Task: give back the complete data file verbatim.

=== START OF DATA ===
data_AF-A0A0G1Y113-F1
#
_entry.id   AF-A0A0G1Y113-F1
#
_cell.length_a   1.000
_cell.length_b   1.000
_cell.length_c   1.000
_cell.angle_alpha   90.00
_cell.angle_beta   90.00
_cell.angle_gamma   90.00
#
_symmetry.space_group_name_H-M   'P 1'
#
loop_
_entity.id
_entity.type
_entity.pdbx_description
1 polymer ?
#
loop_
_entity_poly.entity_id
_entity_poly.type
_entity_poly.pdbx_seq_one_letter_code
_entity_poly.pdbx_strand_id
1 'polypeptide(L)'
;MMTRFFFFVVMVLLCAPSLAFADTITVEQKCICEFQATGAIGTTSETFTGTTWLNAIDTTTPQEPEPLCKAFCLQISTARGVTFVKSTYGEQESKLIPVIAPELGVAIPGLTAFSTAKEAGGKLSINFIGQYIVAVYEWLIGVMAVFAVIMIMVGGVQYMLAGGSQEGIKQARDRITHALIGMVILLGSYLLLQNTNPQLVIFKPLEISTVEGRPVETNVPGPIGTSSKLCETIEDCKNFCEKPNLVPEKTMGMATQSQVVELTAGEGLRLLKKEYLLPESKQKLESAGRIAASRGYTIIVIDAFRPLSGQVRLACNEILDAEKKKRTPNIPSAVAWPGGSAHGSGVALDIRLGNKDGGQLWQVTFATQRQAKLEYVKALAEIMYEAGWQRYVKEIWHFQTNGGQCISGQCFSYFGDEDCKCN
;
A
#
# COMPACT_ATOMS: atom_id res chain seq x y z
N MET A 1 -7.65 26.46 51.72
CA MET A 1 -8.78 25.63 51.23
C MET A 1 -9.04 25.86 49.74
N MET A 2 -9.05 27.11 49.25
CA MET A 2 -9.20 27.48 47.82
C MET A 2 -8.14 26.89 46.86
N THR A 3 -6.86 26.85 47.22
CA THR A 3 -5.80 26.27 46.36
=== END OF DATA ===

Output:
data_AF-A0A0G1Y113-F1
#
_entry.id   AF-A0A0G1Y113-F1
#
_cell.length_a   1.000
_cell.length_b   1.000
_cell.length_c   1.000
_cell.angle_alpha   90.00
_cell.angle_beta   90.00
_cell.angle_gamma   90.00
#
_symmetry.space_group_name_H-M   'P 1'
#
loop_
_entity.id
_entity.type
_entity.pdbx_description
1 polymer ?
#
loop_
_entity_poly.entity_id
_entity_poly.type
_entity_poly.pdbx_seq_one_letter_code
_entity_poly.pdbx_strand_id
1 'polypeptide(L)'
;MMTRFFFFVVMVLLCAPSLAFADTITVEQKCICEFQATGAIGTTSETFTGTTWLNAIDTTTPQEPEPLCKAFCLQISTARGVTFVKSTYGEQESKLIPVIAPELGVAIPGLTAFSTAKEAGGKLSINFIGQYIVAVYEWLIGVMAVFAVIMIMVGGVQYMLAGGSQEGIKQARDRITHALIGMVILLGSYLLLQNTNPQLVIFKPLEISTVEGRPVETNVPGPIGTSSKLCETIEDCKNFCEKPNLVPEKTMGMATQSQVVELTAGEGLRLLKKEYLLPESKQKLESAGRIAASRGYTIIVIDAFRPLSGQVRLACNEILDAEKKKRTPNIPSAVAWPGGSAHGSGVALDIRLGNKDGGQLWQVTFATQRQAKLEYVKALAEIMYEAGWQRYVKEIWHFQTNGGQCISGQCFSYFGDEDCKCN
;
A
#
# COMPACT_ATOMS: atom_id res chain seq x y z
N MET A 1 -7.65 26.46 51.72
CA MET A 1 -8.78 25.63 51.23
C MET A 1 -9.04 25.86 49.74
N MET A 2 -9.05 27.11 49.25
CA MET A 2 -9.20 27.48 47.82
C MET A 2 -8.14 26.89 46.86
N THR A 3 -6.86 26.85 47.22
CA THR A 3 -5.80 26.27 46.36